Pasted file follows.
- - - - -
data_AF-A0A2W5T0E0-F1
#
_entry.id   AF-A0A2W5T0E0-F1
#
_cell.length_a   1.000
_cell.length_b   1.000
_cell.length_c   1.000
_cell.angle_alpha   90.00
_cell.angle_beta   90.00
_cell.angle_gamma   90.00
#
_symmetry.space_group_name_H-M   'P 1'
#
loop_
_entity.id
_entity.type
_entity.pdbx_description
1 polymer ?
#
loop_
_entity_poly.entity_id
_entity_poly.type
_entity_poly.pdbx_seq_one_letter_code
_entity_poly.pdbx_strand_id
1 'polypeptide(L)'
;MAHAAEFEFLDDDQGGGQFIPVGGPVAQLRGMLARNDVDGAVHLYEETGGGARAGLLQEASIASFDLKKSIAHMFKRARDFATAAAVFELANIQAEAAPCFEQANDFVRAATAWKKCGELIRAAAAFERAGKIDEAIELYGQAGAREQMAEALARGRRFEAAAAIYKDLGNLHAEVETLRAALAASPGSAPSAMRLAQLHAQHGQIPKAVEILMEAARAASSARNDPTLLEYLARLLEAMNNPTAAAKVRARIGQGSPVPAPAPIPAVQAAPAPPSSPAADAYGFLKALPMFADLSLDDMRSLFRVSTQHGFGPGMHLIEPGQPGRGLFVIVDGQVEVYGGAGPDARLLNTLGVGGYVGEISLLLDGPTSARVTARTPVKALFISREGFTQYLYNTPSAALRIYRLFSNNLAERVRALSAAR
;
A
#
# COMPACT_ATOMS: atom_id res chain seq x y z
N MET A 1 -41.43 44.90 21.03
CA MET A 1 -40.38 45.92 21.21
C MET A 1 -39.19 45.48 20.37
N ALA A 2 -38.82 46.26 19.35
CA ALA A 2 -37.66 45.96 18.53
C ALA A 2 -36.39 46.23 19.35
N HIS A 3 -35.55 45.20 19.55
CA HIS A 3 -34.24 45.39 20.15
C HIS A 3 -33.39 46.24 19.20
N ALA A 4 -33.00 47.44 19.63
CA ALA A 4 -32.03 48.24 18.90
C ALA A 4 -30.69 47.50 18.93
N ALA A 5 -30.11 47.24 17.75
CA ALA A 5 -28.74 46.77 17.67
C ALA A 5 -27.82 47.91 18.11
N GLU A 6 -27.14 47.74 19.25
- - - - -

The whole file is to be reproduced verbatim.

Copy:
data_AF-A0A2W5T0E0-F1
#
_entry.id   AF-A0A2W5T0E0-F1
#
_cell.length_a   1.000
_cell.length_b   1.000
_cell.length_c   1.000
_cell.angle_alpha   90.00
_cell.angle_beta   90.00
_cell.angle_gamma   90.00
#
_symmetry.space_group_name_H-M   'P 1'
#
loop_
_entity.id
_entity.type
_entity.pdbx_description
1 polymer ?
#
loop_
_entity_poly.entity_id
_entity_poly.type
_entity_poly.pdbx_seq_one_letter_code
_entity_poly.pdbx_strand_id
1 'polypeptide(L)'
;MAHAAEFEFLDDDQGGGQFIPVGGPVAQLRGMLARNDVDGAVHLYEETGGGARAGLLQEASIASFDLKKSIAHMFKRARDFATAAAVFELANIQAEAAPCFEQANDFVRAATAWKKCGELIRAAAAFERAGKIDEAIELYGQAGAREQMAEALARGRRFEAAAAIYKDLGNLHAEVETLRAALAASPGSAPSAMRLAQLHAQHGQIPKAVEILMEAARAASSARNDPTLLEYLARLLEAMNNPTAAAKVRARIGQGSPVPAPAPIPAVQAAPAPPSSPAADAYGFLKALPMFADLSLDDMRSLFRVSTQHGFGPGMHLIEPGQPGRGLFVIVDGQVEVYGGAGPDARLLNTLGVGGYVGEISLLLDGPTSARVTARTPVKALFISREGFTQYLYNTPSAALRIYRLFSNNLAERVRALSAAR
;
A
#
# COMPACT_ATOMS: atom_id res chain seq x y z
N MET A 1 -41.43 44.90 21.03
CA MET A 1 -40.38 45.92 21.21
C MET A 1 -39.19 45.48 20.37
N ALA A 2 -38.82 46.26 19.35
CA ALA A 2 -37.66 45.96 18.53
C ALA A 2 -36.39 46.23 19.35
N HIS A 3 -35.55 45.20 19.55
CA HIS A 3 -34.24 45.39 20.15
C HIS A 3 -33.39 46.24 19.20
N ALA A 4 -33.00 47.44 19.63
CA ALA A 4 -32.03 48.24 18.90
C ALA A 4 -30.69 47.50 18.93
N ALA A 5 -30.11 47.24 17.75
CA ALA A 5 -28.74 46.77 17.67
C ALA A 5 -27.82 47.91 18.11
N GLU A 6 -27.14 47.74 19.25